Praise for Declan Burke: “Burke shows again that he’s not just a comic genius, but also a fine dramatic writer and storyteller.” – Booklist. “Proust meets Chandler over a pint of Guinness.” – Spectator. “Among the most memorable books of the year, of any genre.” – Sunday Times. “A hardboiled delight.” – Guardian. “Imagine Donald Westlake and Richard Stark collaborating on a screwball noir.” – Kirkus Reviews. “A cross between Raymond Chandler and Flann O’Brien.” – John Banville.

Wednesday, October 3, 2007

Thrills, Tills And Bellyaches

Some of the more lascivious elves here at Crime Always Pays have been lusting after the delectable Claire Kilroy (right) for some time now, although most of the elves tend to celebrate the more cerebral elements of her novels, ALL SUMMER and TENDERWIRE, both of which, if the reviews are anything to go by, are rather thrilling. But does the delectable Ms Kilroy consider herself a writer of thrillers? One particularly eagle-eyed elf (she was genetically engineered in a lab) spotted this exchange from an interview conducted by Declan Meade, editor of the Stinging Fly magazine, and published in the Winter 2006/07 issue, to wit:
Declan Meade: There’s an element of the thriller in both of the books, in how the story is told.
Claire Kilroy: “Certainly when all the reviews came out for TENDERWIRE, they were all saying it was a literary thriller, which I’m not sure about. You’re always a bit cautious to end up in a genre, and I’m not sure exactly what that genre is. The last review I got was in the TLS, and it said the publishers are pushing this as a whodunnit and it’s not. It’s one of those things: you want people to read your book, so if the publishers say calling it a whodunnit means that more people might buy it, even by accident, that’s fine – it’s better than people not buying it at all.”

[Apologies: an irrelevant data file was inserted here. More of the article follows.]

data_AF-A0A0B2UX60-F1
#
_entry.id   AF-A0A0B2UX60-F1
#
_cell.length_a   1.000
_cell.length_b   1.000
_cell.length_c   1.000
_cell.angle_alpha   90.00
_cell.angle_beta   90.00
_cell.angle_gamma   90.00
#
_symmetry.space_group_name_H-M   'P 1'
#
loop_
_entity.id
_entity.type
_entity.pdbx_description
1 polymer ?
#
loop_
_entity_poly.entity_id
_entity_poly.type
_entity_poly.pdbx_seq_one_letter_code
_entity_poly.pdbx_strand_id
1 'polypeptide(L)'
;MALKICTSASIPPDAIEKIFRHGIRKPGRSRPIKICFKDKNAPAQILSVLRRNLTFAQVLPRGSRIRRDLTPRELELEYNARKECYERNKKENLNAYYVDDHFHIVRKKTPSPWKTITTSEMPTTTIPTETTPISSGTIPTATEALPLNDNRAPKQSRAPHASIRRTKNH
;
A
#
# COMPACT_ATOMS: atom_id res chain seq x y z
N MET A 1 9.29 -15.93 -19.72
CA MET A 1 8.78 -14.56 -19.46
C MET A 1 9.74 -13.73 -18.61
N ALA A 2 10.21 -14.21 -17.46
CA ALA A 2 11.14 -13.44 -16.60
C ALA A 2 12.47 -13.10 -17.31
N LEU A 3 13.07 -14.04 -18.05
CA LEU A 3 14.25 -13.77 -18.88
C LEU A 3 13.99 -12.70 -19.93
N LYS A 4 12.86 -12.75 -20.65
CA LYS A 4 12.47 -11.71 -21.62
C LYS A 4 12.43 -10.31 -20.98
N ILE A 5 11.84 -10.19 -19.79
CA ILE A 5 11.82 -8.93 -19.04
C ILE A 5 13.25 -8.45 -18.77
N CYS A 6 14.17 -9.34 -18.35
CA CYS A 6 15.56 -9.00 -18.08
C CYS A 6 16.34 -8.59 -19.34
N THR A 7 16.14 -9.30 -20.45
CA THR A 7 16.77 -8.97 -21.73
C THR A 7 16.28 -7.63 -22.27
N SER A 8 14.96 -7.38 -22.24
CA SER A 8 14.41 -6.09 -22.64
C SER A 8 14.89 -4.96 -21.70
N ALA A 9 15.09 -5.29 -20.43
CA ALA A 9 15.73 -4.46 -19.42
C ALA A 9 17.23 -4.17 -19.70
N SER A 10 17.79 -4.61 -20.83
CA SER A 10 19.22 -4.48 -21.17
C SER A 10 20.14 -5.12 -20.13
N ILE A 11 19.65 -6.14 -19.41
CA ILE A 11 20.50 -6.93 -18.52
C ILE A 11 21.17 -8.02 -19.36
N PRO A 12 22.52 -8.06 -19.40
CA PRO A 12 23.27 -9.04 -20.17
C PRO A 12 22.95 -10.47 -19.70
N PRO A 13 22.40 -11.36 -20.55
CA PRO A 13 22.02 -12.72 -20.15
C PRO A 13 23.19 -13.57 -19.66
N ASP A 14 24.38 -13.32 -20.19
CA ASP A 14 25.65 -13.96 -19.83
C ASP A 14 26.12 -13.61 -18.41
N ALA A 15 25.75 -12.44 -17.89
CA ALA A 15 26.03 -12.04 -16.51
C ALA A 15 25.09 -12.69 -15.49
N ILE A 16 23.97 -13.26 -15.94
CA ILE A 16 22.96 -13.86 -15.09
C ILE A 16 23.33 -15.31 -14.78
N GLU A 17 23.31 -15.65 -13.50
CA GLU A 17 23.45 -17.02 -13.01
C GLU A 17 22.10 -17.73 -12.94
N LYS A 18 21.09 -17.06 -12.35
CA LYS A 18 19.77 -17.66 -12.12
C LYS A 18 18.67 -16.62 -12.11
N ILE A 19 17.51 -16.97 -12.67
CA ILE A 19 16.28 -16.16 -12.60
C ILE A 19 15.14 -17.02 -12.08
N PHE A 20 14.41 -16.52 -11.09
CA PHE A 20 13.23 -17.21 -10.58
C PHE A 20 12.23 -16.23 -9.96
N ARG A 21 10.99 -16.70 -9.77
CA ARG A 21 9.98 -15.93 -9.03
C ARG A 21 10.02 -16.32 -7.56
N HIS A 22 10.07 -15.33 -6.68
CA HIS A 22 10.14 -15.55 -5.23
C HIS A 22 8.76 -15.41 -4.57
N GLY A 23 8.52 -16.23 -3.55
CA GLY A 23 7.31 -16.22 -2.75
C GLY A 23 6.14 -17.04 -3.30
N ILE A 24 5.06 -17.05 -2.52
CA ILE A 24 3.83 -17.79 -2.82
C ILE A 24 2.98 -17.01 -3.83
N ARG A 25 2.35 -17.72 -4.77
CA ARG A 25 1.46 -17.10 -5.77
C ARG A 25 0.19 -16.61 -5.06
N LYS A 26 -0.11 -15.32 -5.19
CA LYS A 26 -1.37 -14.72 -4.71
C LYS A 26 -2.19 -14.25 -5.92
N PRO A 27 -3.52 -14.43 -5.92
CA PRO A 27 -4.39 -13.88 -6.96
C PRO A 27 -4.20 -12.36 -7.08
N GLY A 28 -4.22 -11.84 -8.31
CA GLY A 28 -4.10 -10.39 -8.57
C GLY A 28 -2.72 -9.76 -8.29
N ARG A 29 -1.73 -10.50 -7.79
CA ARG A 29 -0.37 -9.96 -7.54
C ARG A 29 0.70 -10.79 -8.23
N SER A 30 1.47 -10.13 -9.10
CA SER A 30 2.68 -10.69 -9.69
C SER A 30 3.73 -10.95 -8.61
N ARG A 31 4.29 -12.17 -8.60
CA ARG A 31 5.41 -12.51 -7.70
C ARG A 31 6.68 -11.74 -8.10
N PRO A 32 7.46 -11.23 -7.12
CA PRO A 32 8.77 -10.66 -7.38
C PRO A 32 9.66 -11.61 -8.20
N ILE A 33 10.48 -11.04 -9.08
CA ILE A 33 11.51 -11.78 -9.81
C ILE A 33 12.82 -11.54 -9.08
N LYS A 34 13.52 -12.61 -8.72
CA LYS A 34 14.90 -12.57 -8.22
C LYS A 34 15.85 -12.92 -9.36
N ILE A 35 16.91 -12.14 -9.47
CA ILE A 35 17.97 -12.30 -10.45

Hurrah! Stupid thriller lovers send the tills ker-ching buying literary fiction by accident, and everyone’s a winner, especially the delectable Ms Kilroy! Glad that’s settled. Oops, no it’s not …
DM: We’ve spoken about plot and pace but your novels also have some beautiful descriptions and phrases that arrest the reader’s attention. How important is that aspect of the writing to you?
CK: “It means far more than pace. See, to me, the thriller is an inferior form. I’ve never read a thriller – so I shouldn’t say it’s an inferior form (laughs) – but I’m not interested. The one quasi-thriller I did read was MISS SMILLA’S FEELING FOR SNOW, and it started off great, but then it became just a thriller, so what’s the point? Language is the all, and trying to express specific experiences, emotional experiences, through imagery and metaphor, that is what it’s about.”
Erm, yes, possibly - if you’re a poet. The delectable Ms Kilroy appears to have forgotten that language is not in fact ‘all’, but is simply one of the tools available to a novelist telling a story. But lo! The delectable Ms Kilroy hasn’t forgotten that, because her novels are constructed in – shock! – linear narratives in which characters engage in – quelle horror! – criminal acts in order to further the – ooh, the humanity! – story! So is the delectable Ms Kilroy really the self-consciously literary snob she professes herself to be? Or doth the lady protest too much in order to perpetrate a hilarious post-modern double-bluff? YOU decide!


Anonymous said...

It's one of the worst things a writer/publisher can do - have contempt for those poor sods who are actually buying their product. Look what happened to John Ryan...

CAP Genetically Engineered Elf

Pageturners said...

It's a thriller. She's obviously just invented a new genre without realising it! Even the characters are thrilloid: the enormous eastern European thug, the geeky violinist.